After all I’ve read and all the tutorials I’ve watched online, I at least have an understanding of what needs to be improved. And I know how to make that improvement — practice, practice, and more practice.

For some, shading may come easily. For me, it’s definitely a challenge, and judging from the many tutorials I’ve found online, I’m actually not the only artist who’s drawn a few bad apples. Maybe today’s apples will be better.

 

 

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About Judith

As an artist, author, and musician, I celebrate creativity and personal expression through all that I do. I invite you to join me as I explore many different aspects of life, love, beauty, and nature.

15 comments

  1. Steve Meyfroidt

    I have the same problem. I’m trying to solve it using Juliette Aristides ‘beginning drawing atelier’ book which starts simple but then moves into tone and onto portrait… actually drawing the exercises in the book… Have a look: I’m really enjoying it.

    Liked by 2 people

    • I have a copy of that book, and I’ve read a bit but I haven’t gone too far…and haven’t tried the exercises. Hmmm… looking at your blog, maybe I have a different book. Yep, I have “Classical Drawing Atelier”. Wow! Your work is awesome. Glad you started the separate blog. I will happily follow along so I can marvel at your drawings. 🙂

      Liked by 1 person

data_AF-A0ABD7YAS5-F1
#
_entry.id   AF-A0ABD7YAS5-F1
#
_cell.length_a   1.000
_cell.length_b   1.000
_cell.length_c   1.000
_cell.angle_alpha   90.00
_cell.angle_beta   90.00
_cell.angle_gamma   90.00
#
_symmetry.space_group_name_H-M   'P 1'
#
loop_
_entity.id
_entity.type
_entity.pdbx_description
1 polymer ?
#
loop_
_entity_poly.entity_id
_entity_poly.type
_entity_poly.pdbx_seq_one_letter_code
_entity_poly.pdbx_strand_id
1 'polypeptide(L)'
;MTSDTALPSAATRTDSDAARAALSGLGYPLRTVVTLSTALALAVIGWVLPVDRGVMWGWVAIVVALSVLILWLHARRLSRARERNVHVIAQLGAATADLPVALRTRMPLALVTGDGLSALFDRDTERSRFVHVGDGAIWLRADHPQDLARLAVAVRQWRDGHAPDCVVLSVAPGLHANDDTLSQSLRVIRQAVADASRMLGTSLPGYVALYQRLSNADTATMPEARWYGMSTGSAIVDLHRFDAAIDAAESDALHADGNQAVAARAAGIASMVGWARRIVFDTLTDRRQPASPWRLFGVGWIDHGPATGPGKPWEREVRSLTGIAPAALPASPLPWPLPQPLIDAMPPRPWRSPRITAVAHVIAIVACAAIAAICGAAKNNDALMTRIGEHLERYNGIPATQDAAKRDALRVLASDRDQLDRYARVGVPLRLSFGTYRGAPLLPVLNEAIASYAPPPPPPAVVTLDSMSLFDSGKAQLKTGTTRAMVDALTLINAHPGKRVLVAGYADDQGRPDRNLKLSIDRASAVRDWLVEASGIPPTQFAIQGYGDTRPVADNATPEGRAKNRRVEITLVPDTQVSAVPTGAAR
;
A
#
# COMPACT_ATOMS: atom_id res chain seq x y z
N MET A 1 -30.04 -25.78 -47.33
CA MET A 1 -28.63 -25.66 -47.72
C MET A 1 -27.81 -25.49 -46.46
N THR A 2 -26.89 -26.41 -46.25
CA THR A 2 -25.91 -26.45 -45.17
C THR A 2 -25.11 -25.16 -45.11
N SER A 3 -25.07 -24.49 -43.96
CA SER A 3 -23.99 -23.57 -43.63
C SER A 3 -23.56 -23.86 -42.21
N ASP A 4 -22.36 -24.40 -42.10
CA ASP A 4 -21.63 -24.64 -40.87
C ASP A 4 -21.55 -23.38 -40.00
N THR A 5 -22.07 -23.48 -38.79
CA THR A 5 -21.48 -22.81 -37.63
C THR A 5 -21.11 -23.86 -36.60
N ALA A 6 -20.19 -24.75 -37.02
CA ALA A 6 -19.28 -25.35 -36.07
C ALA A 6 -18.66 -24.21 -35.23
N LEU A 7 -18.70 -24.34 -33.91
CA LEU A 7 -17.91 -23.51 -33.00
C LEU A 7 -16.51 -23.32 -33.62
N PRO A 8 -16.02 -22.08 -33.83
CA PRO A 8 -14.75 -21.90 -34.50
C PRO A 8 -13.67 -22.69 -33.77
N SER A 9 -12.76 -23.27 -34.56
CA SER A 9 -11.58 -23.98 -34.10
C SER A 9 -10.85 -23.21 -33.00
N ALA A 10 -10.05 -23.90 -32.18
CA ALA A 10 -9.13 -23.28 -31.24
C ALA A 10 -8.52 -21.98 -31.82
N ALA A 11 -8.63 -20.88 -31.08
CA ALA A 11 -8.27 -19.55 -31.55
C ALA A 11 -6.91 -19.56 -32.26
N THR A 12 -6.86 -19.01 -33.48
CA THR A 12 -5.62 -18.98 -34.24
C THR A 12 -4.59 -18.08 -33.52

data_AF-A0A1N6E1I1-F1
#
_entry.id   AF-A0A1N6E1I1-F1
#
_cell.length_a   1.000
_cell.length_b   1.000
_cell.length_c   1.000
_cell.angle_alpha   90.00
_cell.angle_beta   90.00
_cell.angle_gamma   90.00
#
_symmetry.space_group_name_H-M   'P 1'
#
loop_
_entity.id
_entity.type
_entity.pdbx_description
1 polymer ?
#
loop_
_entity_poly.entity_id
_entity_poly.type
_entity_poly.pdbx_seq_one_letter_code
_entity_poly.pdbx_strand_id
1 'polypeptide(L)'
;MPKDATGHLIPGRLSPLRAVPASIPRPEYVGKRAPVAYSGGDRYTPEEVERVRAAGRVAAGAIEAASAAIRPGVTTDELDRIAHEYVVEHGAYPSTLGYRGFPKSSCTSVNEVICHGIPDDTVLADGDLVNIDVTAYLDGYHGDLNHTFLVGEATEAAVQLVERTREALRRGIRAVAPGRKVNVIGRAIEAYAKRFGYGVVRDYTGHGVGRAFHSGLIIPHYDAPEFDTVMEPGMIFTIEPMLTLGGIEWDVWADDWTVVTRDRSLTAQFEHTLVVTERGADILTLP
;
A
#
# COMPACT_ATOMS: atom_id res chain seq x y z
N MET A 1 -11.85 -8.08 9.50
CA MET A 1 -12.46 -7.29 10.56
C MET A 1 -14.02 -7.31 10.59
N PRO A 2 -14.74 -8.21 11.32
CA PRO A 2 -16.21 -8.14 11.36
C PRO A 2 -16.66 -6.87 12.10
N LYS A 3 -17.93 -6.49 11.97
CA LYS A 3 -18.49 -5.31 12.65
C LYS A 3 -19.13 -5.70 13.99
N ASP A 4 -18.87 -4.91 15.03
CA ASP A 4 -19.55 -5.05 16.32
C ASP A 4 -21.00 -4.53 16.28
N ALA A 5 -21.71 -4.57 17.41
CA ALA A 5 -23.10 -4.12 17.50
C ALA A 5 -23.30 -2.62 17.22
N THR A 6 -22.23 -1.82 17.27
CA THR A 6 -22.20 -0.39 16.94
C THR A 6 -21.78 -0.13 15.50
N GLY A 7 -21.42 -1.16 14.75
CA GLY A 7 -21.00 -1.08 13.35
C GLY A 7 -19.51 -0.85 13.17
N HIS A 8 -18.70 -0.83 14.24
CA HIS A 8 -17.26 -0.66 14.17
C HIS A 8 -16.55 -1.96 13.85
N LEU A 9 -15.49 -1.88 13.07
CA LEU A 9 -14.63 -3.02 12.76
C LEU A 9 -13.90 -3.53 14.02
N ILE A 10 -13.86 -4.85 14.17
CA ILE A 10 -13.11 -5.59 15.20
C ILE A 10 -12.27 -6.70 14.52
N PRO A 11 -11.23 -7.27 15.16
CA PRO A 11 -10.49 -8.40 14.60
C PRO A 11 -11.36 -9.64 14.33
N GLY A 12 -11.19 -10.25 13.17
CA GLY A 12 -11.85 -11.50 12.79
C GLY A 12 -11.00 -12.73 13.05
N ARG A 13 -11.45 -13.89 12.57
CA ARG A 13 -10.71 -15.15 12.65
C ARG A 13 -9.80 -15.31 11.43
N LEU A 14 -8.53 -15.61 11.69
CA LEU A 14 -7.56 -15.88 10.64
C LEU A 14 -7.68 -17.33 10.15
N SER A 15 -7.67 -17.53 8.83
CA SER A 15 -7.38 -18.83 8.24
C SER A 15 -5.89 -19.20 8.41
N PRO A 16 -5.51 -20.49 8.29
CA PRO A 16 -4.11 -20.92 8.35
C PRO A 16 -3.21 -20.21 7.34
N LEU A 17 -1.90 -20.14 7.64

2. Judith your apples look like apples to me. Like me with the flowers it takes time and practice..

    Liked by 2 people

    • Thanks, Ally. They’re a bit misshapen, and as always, I’m working on getting the shading right. It’s one thing to “draw an apple” and another thing to “draw a realistic-looking apple”. Now that I’m trying to achieve more realism it’s all a lot more challenging. And your flowers inspired me this morning. I’ve been doodling around with ink wash. If it looks all right once it’s dried, I’ll probably share my “flower doodle” on the blog tomorrow. Would it be all right if I mention you and your blog as my inspiration?

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  3. Apples are tricky… ! I remember the first time I tried painting apples in watercolour – it took numerous failed attempts before I produced an acceptable version. I think You’re right – it is all down to practice, practice and more practice in the end. Don’t give up… !

    Liked by 2 people

  4. No such thing as a perfect apple even in real life. Draw one or two half eaten by birds just for respite
    Get the dark values right and the lights will take care of themselves

    Liked by 2 people

  5. Assume you have studied Cezanne’s apples. Remember his dictum: paint/draw what you see not what your brain tells you is there (paraphrased). I have learnt after long struggles with rules and techniques to do just that and forget everything else! Good luck, no, you don’t need luck, just believe your eyes. https://richardmeyer.co.uk/index.php/art/gallery/still-life/apple-triptych-oil-on-panel-16-5-x-30-cm-1-350

    Liked by 2 people

    • Oh, yes, our brain can certainly fool us. I remind myself of that while I’m drawing, yet it’s still difficult to discipline myself. When I’m able to “draw what I see” I’m usually surprised but pleased by the results. Thanks for the reminder. I needed it. 🙂

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  6. Great. That attitude is all you need. So important not to think we know it all – thanks for reminding me!!

    Liked by 1 person

  7. I can relate. I used to be able to sketch a decent portrait, but now, 20 years later, I couldn’t do it to save my life! I guess it does just take lots of practice and consistency!

    Liked by 2 people

  8. Pingback: Indifferent Art | Artistcoveries